Chemical Spills, Mining Disaters, and Mushroom Clouds

Many of you that come to this blog do not know me.  I went to school at West VirginiaUniversity in Morgantown for four years.  I am dating a girl is originally from West Virginia.  Because of this I have been paying attention to the chemical spill in WV. 

The scope of what happened and the reasons behind it are obscene.  However, in some ways it is not really a new story.  I live in Texas and often drive past West on the way to Dallas gigs.  Remember when the fertilizer plant in that town turned into a small mushroom cloud?  These stories are what happens when there is no competent regulation.  In West Virginia there had been no inspection since 1991.  In West there hadn’t been an inspection since 1985. 

Between 1905 and 1920 there were around 2,000 fatal accidents in the coal mining industry every year.  There are reasons that there were environmental and safety standards put into place during the 20th century.  These tragedies are straight out of the past. 

Hopefully sooner or later people will understand that although the government should be carefully watched, it and its regulations are there for a reason.  We need it to keep in check the bloodier and more destructive elements of capitalism.  These are the kind of problems that the free market does not fix.  We need markets to create growth, but we need a strong regulatory presence to keep the excesses of that market in check.  It’s a balancing act, but one that is very important.  Ever since the Reagan administration these protections have been under strong attack.  I hope we can learn from these events and once again relegate such obscene tragedies to the past, this time forever.  

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2 thoughts on “Chemical Spills, Mining Disaters, and Mushroom Clouds

  1. Hello,

    WV resident here, I live on the far edge of the affected area. According to the EPA, the chemical that was accidentally released is not a toxin. It is only lethal in high doses. According to the water company, the water is safe to drink.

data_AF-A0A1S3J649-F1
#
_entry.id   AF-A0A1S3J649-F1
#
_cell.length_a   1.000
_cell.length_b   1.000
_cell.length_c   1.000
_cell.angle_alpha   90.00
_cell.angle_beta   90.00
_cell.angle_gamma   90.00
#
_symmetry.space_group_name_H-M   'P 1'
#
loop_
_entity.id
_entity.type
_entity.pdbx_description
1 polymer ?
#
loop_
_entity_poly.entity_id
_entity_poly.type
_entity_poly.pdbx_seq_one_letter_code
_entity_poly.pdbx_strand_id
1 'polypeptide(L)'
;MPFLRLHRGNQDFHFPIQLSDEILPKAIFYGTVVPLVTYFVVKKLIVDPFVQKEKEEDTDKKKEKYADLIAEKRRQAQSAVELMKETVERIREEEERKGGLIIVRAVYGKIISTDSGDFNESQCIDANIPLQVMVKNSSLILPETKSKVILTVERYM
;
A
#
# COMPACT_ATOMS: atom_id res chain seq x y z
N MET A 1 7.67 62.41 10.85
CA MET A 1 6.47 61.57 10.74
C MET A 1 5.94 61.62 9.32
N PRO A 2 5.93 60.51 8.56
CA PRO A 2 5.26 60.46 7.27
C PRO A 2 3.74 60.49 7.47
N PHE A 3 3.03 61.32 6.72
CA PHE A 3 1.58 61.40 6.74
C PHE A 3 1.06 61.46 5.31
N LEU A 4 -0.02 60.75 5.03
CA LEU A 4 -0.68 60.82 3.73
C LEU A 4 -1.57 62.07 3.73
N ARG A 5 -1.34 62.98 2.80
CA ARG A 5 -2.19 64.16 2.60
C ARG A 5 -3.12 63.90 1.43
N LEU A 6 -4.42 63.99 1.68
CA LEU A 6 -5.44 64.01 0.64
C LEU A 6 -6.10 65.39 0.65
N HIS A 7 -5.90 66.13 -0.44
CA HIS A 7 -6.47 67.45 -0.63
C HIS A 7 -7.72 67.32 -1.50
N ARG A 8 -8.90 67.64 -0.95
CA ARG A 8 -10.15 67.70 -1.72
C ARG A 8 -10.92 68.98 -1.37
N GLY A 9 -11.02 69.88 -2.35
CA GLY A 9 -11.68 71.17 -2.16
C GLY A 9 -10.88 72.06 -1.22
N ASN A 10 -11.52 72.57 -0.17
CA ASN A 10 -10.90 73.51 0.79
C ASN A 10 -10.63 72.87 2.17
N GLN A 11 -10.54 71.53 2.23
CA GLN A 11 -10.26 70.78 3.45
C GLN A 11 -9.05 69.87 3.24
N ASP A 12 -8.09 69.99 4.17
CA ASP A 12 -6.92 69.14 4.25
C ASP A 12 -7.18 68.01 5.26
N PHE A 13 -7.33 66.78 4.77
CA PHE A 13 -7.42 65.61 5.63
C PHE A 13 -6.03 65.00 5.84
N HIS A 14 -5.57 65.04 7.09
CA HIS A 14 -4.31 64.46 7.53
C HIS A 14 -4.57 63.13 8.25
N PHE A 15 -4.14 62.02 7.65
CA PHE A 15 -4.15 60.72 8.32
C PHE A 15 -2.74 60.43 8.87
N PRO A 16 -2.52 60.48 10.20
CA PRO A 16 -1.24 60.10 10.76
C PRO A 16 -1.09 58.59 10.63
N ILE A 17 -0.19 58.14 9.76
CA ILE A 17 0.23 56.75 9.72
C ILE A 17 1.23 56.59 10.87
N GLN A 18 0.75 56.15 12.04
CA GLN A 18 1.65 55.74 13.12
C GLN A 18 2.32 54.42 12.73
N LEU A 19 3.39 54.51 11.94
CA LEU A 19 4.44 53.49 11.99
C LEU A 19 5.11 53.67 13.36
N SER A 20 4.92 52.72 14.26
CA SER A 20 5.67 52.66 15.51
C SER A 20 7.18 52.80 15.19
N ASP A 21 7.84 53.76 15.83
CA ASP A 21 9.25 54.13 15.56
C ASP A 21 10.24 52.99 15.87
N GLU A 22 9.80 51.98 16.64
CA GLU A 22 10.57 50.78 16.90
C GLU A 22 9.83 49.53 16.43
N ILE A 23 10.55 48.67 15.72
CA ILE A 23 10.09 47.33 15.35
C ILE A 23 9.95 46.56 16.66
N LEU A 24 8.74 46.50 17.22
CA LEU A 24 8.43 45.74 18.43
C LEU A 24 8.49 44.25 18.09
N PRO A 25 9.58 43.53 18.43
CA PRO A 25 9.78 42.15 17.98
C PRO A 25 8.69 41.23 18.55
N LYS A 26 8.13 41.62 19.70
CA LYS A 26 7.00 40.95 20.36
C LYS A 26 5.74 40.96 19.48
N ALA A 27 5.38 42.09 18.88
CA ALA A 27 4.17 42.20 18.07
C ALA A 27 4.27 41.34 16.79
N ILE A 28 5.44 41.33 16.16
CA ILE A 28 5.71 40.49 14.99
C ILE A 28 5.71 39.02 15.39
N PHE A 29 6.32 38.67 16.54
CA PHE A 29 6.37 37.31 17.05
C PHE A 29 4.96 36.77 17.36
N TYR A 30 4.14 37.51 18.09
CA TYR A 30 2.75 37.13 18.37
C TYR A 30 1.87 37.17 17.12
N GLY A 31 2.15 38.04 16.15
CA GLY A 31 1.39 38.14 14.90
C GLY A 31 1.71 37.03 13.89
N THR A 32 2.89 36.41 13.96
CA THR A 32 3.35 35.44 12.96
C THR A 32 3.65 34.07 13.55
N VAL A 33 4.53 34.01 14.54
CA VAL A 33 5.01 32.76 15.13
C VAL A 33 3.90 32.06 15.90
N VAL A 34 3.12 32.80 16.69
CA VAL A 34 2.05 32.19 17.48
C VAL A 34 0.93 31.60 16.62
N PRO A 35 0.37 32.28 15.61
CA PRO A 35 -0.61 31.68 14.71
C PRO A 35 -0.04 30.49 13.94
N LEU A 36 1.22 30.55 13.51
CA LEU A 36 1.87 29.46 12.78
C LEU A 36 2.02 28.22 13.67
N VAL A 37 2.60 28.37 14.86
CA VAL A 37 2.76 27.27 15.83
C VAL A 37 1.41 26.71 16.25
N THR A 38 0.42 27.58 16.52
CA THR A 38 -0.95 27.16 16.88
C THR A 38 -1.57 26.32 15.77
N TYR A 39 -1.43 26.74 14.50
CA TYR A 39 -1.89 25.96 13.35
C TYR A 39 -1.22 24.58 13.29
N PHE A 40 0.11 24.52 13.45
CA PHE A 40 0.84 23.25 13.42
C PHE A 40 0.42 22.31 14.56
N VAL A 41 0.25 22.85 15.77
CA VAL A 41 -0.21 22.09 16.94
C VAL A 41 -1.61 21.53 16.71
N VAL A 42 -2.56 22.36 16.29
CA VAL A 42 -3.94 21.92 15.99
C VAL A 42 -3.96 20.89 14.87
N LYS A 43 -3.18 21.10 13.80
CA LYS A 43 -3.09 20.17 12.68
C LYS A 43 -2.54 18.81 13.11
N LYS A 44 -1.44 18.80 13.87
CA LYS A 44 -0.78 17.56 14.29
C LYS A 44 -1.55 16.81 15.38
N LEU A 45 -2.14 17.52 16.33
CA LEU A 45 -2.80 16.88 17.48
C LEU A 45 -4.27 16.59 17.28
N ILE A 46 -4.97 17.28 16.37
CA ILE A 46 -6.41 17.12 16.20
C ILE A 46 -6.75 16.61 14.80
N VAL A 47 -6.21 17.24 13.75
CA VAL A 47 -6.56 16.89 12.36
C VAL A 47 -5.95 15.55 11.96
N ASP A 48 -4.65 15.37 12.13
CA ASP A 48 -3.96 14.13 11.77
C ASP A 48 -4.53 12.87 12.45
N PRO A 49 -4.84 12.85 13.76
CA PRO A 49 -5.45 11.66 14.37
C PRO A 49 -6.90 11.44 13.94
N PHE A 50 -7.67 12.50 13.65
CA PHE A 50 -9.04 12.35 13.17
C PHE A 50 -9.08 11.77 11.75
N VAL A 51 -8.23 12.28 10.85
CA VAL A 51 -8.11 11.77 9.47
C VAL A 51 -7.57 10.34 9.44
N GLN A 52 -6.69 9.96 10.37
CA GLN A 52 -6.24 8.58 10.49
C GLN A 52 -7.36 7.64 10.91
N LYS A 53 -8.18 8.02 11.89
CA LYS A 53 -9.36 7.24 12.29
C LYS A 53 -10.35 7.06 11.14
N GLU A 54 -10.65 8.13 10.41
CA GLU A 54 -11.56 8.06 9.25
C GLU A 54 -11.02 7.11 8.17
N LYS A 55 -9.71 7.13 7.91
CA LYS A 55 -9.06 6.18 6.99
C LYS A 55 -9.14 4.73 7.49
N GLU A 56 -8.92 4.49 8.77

On some levels I do agree but my family will continue to drink bottle water for a while longer. I don’t know that the blame rests anywhere but the company that failed to protect the product. I would expect that the company will cease to exist in the near future and I wouldn’t be surprised if some company employees do time.

    I cant lay the blame for this accident on the alter of Capitalism or Free Market. And I cant fault the EPA for a lack of oversight because this was a chemical they deemed to be non-hazardous.

    No matter who is at fault, it is a real inconvenience.

    rob

    1. Extremely sorry to hear that you have been affected by this. I haven’t heard from anyone that I know in WV that has been affected, but I do know some people that are from that area, from my college days, and have been wondering if they are still there and how they are doing. I still think, even if this event is slightly different as you say, there is a pattern of industrial corporations not looking out for the public interest. There is also a pattern in the last 30 years to discredit regulations that protect that public interest. I understand the value of a free market in creating innovation and incentive. But I think we need another force, and unfortuantely the government is the only force strong enough to do it, to keep the excesses of the free market in check.

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